Space syntax provides an approach to architecture that allows for the interpretation of social organization. However, many researchers who attempt archaeological applications have commented on the framework's inability to provide novel insights on spatial patterns, particularly in areas without an explicit and established social hierarchy. Many of the noted problems are tied to the absence of a consideration of the relationships among the intentions of builders, the lived experiences of occupants, and the impact of alterations to architecture. To address these issues, space syntax is reworked to focus on modifications to space through a combination of insights derived from practice theory and the life history/object biography approaches. Entitled social syntax, this framework integrates the useful graphic representations of space syntax with a focus on room life histories/biographies and a consideration of the dialectical interplay between architecture (structure) and occupants (agents). To illustrate the utility of this framework, it is applied to two room blocks from Homol'ovi I, an ancestral Hopi village in northeastern Arizona. This application highlights the strength and flexibility of social syntax as a framework for archaeological analyses focused on understanding how the use and meaning of architectural space develops throughout village occupation and depopulation.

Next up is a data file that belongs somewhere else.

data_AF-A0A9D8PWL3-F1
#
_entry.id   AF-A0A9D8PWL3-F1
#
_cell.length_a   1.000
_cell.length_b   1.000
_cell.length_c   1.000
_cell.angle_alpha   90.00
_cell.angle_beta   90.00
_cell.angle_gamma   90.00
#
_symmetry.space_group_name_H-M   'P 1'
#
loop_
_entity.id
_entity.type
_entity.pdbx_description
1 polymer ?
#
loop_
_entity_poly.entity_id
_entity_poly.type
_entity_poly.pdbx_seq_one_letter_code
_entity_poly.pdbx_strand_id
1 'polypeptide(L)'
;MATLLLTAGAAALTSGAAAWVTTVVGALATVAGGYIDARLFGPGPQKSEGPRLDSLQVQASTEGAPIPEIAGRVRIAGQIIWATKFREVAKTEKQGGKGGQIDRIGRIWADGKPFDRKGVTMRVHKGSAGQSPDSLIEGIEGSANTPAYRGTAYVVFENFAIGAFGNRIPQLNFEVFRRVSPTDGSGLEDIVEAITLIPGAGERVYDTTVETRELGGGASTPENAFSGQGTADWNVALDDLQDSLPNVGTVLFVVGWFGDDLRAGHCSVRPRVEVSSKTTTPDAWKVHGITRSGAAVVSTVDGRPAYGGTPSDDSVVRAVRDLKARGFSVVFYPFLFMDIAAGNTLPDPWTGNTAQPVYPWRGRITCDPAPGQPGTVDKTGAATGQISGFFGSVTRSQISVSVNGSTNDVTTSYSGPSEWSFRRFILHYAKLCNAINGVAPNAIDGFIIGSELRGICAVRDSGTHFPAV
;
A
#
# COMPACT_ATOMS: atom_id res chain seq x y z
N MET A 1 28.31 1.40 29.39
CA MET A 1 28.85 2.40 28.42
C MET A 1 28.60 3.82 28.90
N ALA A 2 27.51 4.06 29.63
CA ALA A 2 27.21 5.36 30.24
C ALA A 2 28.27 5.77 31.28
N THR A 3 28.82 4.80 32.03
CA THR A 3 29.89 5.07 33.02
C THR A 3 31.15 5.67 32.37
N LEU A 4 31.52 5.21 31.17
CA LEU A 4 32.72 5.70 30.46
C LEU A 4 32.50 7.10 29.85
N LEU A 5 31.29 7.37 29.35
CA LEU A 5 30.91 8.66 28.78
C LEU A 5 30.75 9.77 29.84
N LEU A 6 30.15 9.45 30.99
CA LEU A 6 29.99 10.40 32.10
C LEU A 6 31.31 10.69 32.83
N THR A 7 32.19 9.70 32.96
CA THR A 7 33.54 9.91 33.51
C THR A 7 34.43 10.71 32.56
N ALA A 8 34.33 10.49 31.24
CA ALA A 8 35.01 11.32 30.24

Fladd, S. G. (2017). Social syntax: An approach to spatial modification through the reworking of space syntax for archaeological applications. Journal of Anthropological Archaeology, 47, 127–138. https://doi.org/10.1016/j.jaa.2017.05.002